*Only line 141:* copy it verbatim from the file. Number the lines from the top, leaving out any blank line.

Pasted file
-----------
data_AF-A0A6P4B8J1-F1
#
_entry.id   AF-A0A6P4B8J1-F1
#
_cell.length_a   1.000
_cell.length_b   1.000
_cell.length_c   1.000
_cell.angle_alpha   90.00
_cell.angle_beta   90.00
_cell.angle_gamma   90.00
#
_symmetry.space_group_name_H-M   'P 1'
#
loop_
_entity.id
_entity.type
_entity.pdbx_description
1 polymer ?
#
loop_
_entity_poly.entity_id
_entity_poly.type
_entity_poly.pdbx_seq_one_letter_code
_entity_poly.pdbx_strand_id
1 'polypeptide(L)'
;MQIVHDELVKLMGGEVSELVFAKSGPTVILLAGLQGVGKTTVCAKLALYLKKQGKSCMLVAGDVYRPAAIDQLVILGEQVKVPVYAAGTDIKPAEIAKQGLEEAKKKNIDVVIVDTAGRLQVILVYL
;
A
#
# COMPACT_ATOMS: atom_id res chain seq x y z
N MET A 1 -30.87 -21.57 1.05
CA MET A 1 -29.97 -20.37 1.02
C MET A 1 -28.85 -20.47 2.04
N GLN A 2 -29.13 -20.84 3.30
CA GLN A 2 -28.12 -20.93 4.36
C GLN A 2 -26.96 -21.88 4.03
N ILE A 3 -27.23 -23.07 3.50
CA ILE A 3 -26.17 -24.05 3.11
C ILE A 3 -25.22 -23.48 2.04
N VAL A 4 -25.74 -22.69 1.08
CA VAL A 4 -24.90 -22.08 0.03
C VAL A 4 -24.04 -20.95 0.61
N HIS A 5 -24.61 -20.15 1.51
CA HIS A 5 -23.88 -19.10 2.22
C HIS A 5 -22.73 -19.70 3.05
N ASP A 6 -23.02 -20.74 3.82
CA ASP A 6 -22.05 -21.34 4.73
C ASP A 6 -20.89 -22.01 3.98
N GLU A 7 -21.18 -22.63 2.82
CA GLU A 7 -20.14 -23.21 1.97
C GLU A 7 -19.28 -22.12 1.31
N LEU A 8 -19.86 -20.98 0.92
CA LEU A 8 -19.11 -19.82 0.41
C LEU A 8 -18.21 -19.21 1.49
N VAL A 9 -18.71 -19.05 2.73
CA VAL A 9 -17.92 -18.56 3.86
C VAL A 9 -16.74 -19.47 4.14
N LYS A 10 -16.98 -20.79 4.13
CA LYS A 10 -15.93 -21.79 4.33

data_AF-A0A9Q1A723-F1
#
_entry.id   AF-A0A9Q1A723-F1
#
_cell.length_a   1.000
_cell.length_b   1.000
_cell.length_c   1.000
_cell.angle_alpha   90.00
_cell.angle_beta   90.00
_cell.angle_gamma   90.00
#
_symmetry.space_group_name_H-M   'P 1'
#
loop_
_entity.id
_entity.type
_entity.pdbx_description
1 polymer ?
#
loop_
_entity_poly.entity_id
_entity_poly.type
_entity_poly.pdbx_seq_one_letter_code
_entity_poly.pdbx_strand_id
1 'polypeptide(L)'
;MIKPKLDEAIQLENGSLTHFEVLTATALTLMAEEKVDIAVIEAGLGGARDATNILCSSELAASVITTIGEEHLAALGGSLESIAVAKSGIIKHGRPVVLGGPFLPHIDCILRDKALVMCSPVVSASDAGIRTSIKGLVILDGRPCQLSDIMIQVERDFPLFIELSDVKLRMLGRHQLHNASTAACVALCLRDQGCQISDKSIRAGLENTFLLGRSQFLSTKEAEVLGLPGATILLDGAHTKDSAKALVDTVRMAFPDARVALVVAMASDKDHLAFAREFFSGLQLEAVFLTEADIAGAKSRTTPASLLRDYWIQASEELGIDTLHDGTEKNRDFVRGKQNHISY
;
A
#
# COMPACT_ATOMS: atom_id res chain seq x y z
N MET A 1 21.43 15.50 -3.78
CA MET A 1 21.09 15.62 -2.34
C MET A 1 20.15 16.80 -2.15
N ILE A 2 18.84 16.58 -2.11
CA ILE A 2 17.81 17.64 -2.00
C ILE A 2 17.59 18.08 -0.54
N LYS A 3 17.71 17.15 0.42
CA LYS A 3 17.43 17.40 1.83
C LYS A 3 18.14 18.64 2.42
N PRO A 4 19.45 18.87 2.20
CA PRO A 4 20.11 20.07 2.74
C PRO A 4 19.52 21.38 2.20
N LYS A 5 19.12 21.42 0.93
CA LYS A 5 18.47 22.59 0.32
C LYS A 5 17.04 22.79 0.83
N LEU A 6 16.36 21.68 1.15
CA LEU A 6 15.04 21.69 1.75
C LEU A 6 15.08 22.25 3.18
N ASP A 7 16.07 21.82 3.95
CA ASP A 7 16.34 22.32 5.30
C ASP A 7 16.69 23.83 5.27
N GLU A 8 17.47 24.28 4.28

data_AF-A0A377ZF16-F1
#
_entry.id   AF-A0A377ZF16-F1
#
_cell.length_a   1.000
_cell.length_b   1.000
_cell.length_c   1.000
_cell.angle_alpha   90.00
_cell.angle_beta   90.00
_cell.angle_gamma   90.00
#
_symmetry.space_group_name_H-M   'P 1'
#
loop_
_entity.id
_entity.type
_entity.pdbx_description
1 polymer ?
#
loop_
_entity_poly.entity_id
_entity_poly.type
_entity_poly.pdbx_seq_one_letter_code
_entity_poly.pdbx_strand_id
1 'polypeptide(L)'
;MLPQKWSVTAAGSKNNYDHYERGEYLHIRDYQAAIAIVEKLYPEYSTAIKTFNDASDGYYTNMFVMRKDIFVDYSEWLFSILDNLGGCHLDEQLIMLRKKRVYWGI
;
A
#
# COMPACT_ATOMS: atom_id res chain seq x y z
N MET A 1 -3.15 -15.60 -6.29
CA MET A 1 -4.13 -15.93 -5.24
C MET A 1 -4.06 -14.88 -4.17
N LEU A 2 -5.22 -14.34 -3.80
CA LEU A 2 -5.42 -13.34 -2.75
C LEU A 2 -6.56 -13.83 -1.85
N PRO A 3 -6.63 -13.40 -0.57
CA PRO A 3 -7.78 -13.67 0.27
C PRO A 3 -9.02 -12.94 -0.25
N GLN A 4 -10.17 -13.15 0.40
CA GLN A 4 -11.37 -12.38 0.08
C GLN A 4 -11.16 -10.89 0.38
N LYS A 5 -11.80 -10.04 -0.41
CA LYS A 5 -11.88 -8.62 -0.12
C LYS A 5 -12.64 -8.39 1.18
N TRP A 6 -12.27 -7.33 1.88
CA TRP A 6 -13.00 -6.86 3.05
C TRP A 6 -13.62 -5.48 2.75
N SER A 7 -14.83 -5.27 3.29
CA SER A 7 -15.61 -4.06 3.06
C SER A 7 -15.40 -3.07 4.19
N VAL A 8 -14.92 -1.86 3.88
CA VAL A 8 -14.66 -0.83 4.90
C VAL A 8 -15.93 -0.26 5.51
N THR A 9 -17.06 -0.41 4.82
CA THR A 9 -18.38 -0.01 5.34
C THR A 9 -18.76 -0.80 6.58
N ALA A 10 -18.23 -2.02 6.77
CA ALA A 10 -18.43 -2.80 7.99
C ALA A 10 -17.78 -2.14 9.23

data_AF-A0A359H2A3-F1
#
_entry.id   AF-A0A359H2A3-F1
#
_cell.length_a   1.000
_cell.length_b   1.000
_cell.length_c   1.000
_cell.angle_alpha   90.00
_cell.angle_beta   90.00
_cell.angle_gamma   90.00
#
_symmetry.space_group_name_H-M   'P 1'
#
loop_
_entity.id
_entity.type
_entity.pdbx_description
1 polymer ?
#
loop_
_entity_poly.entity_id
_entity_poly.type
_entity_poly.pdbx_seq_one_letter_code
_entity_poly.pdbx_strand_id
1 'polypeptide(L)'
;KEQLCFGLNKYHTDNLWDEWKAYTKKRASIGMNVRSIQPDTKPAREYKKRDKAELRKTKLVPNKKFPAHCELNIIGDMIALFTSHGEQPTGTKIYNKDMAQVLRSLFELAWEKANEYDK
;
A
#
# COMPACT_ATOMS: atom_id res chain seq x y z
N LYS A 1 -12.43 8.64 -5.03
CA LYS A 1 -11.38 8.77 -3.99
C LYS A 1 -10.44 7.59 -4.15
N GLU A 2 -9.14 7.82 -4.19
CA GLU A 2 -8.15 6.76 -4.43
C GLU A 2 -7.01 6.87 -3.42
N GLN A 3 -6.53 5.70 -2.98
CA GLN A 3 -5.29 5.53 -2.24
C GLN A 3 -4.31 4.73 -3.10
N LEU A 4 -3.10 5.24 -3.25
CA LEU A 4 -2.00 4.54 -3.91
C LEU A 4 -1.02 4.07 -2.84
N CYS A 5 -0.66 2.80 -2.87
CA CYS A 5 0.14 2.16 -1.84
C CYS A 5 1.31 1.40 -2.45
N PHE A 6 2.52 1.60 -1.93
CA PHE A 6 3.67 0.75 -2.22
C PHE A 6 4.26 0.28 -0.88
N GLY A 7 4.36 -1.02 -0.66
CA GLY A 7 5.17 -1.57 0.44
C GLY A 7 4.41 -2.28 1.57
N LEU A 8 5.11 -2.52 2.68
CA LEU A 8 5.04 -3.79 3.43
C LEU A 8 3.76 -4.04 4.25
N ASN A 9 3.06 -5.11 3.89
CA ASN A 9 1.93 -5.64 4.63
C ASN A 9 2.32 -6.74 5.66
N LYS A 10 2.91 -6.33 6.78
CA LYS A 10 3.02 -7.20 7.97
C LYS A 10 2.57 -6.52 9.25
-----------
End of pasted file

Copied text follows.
# COMPACT_ATOMS: atom_id res chain seq x y z